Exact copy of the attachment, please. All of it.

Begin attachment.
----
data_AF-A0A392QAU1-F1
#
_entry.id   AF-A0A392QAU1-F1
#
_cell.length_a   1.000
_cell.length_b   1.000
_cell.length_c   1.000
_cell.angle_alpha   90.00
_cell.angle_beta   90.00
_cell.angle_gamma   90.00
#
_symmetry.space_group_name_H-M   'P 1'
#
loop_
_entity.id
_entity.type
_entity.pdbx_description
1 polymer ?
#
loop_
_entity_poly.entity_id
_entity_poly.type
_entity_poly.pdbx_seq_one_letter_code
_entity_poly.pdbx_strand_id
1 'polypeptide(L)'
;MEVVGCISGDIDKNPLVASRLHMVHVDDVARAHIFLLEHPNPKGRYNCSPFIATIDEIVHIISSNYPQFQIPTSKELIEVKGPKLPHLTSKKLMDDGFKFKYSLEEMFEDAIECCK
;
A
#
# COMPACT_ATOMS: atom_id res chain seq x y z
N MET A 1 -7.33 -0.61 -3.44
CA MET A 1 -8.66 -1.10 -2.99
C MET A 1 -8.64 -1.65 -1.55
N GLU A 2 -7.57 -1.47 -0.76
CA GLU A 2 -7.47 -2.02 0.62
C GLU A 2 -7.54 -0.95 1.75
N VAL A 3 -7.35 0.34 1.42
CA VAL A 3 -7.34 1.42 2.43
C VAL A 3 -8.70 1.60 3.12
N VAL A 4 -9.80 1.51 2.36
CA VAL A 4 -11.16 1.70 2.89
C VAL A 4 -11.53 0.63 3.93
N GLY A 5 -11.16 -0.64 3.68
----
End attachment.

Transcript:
data_AF-A0A392QAU1-F1
#
_entry.id   AF-A0A392QAU1-F1
#
_cell.length_a   1.000
_cell.length_b   1.000
_cell.length_c   1.000
_cell.angle_alpha   90.00
_cell.angle_beta   90.00
_cell.angle_gamma   90.00
#
_symmetry.space_group_name_H-M   'P 1'
#
loop_
_entity.id
_entity.type
_entity.pdbx_description
1 polymer ?
#
loop_
_entity_poly.entity_id
_entity_poly.type
_entity_poly.pdbx_seq_one_letter_code
_entity_poly.pdbx_strand_id
1 'polypeptide(L)'
;MEVVGCISGDIDKNPLVASRLHMVHVDDVARAHIFLLEHPNPKGRYNCSPFIATIDEIVHIISSNYPQFQIPTSKELIEVKGPKLPHLTSKKLMDDGFKFKYSLEEMFEDAIECCK
;
A
#
# COMPACT_ATOMS: atom_id res chain seq x y z
N MET A 1 -7.33 -0.61 -3.44
CA MET A 1 -8.66 -1.10 -2.99
C MET A 1 -8.64 -1.65 -1.55
N GLU A 2 -7.57 -1.47 -0.76
CA GLU A 2 -7.47 -2.02 0.62
C GLU A 2 -7.54 -0.95 1.75
N VAL A 3 -7.35 0.34 1.42
CA VAL A 3 -7.34 1.42 2.43
C VAL A 3 -8.70 1.60 3.12
N VAL A 4 -9.80 1.51 2.36
CA VAL A 4 -11.16 1.70 2.89
C VAL A 4 -11.53 0.63 3.93
N GLY A 5 -11.16 -0.64 3.68